A TESTAMENT OF TIME
HOLIDAY Columns and Editorials of
This is the first volume in a three— part publication testifying to the time that was, as recorded by the author on the pages of Holiday between 1965 and 1975. The prologue by AfsanChowdhury, the introduction by the author, the epilogue by Dr. Ashok Mitra and the date and year-wise selection of the author’s articles and editorials relive that ‘best of times and worst of times’, with all the passion and the fury of an ideological era that painted nationalism in red.
The two other volumes, under preparation and soon to be out, capture two distinct subsequent periods: 1976—1990 and 1991—to date. Although the author had strayed into the corridors of power briefly (1 97 7—78) and diplomacy (1984—89), he continued his passionate affair with Holiday even from afar, the imprints of which were clearly recognisable on the pages of Holiday without his familiar by—line.
ABOUT THE AUTHOR
Barely out of his teens and still a student of Dhaka University Enayetuflah Khan started out as a cub-reporter in the Pakistan Observer in 1959. An early exposure to major assignments, along with inclusion in state entourages abroad, soon earned for him the coveted by-line — a distinction reserved only for veterans at that time.
Having done his Masters in Philosophy from Dhaka University in 1960, Enayetullah Khan stayed with the Observer till early 1963 and then hopped from one PR job to another in the East Pakistan Industrial Development Corporation, the State Bank of Pakistan and Standard Oil (ESSO). He founded Holiday along with some of his friends in August 1, 1965 and took full-time charge of the hard-hitting weekly in 1966. Since then he has not looked back in an adventurous career chequered by ban notices on Holiday in 1971, 1973 and 1975, incarcerations by the occupation army in 1971 and the post-independence Awami League regime in 1975 and subsequent elevation to the cabinet of the late President ZiaurRahman (1977—78) and to ambassadorship (1984—89). Later in 2003, he became the founder editor of New Age, a leading English language daily published from Bangladesh capital Dhaka.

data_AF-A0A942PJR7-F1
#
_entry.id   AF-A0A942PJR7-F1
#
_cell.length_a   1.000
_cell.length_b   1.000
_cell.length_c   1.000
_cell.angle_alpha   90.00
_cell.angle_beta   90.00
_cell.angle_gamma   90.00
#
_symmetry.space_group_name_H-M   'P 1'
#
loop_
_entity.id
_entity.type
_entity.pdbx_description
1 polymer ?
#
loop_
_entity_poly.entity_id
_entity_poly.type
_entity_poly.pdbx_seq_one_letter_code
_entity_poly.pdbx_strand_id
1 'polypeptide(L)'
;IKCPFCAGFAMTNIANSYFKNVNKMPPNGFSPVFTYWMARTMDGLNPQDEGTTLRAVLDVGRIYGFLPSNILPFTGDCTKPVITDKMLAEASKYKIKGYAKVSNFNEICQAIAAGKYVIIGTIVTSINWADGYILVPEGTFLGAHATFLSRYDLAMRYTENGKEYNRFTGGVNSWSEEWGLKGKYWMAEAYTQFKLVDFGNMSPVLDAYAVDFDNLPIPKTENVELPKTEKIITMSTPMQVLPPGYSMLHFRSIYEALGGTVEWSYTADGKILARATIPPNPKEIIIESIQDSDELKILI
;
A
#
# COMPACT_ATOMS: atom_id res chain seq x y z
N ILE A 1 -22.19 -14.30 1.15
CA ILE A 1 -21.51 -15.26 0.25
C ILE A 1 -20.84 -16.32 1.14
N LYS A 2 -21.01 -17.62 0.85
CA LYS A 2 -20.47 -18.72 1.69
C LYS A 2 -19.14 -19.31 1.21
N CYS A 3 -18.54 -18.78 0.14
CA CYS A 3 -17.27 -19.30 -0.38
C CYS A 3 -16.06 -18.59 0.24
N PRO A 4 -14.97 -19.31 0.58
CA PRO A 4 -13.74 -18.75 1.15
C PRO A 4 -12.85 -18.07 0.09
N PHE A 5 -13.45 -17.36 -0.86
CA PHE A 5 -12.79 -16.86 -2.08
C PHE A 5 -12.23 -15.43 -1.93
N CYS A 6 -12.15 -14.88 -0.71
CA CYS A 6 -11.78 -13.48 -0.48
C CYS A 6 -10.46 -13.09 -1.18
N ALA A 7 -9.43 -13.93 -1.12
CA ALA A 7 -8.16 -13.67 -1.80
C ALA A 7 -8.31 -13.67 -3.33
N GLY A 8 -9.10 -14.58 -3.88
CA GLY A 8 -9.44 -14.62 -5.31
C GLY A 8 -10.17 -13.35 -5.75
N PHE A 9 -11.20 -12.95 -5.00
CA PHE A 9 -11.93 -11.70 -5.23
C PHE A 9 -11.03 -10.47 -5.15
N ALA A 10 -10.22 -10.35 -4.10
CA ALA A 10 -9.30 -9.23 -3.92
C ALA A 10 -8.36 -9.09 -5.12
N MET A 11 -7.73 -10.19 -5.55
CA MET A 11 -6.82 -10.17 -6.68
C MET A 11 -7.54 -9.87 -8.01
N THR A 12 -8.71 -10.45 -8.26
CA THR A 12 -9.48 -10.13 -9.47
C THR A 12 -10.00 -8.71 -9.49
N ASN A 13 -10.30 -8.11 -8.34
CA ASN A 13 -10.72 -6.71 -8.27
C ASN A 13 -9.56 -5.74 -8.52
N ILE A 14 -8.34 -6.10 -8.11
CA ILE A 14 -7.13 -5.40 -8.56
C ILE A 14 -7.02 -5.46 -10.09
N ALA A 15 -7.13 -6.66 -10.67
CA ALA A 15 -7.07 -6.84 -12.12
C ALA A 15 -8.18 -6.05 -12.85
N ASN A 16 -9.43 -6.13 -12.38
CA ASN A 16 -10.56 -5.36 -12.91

In his student days he held leadership positions as general secretary of Ananda Mohan College Students’ Union (Mymensingh), member of Dhaka University Students’ Union (1958—59) and vice president of Dhaka Hall (now Shahidullah Hall) Students’ Union (1959—60). He was also the president of the progressive vanguard cultural organisation of Dhaka University and the country the SamskritiSangsad.
Enayetuilah Khan was at the forefront of the BuddhUibiNidhanTathyanusandhan Committee instituted on December 18, 1971 to investigate the murders of intellectuals and prominent members of the intelligentsia in the terminal days of 197 1 by the fanatic cadre of the Al-Bacir and Al-Shams — the killer wings of the Jamaat-E-lslami. (London’s Channel 4 made an investigative documentary on the pogrom in 1995). He was also one of the principal organisers of the Civil Liberties and Legal Aid Committee (1974) that defended and fought for the political victims of the infamous RakkhiBahini — the para-military instrument of repression of the post-Bangladesh regime; the Famine Resistance Committee of 1 974; the Farakka March committee led by Maulana Abdul Hamid Khan Bhasani in 1976; and the Committee Against Communalism (1981).
Enayetullah Khan is perhaps the most quoted journalist of the country in the regional and international media. L
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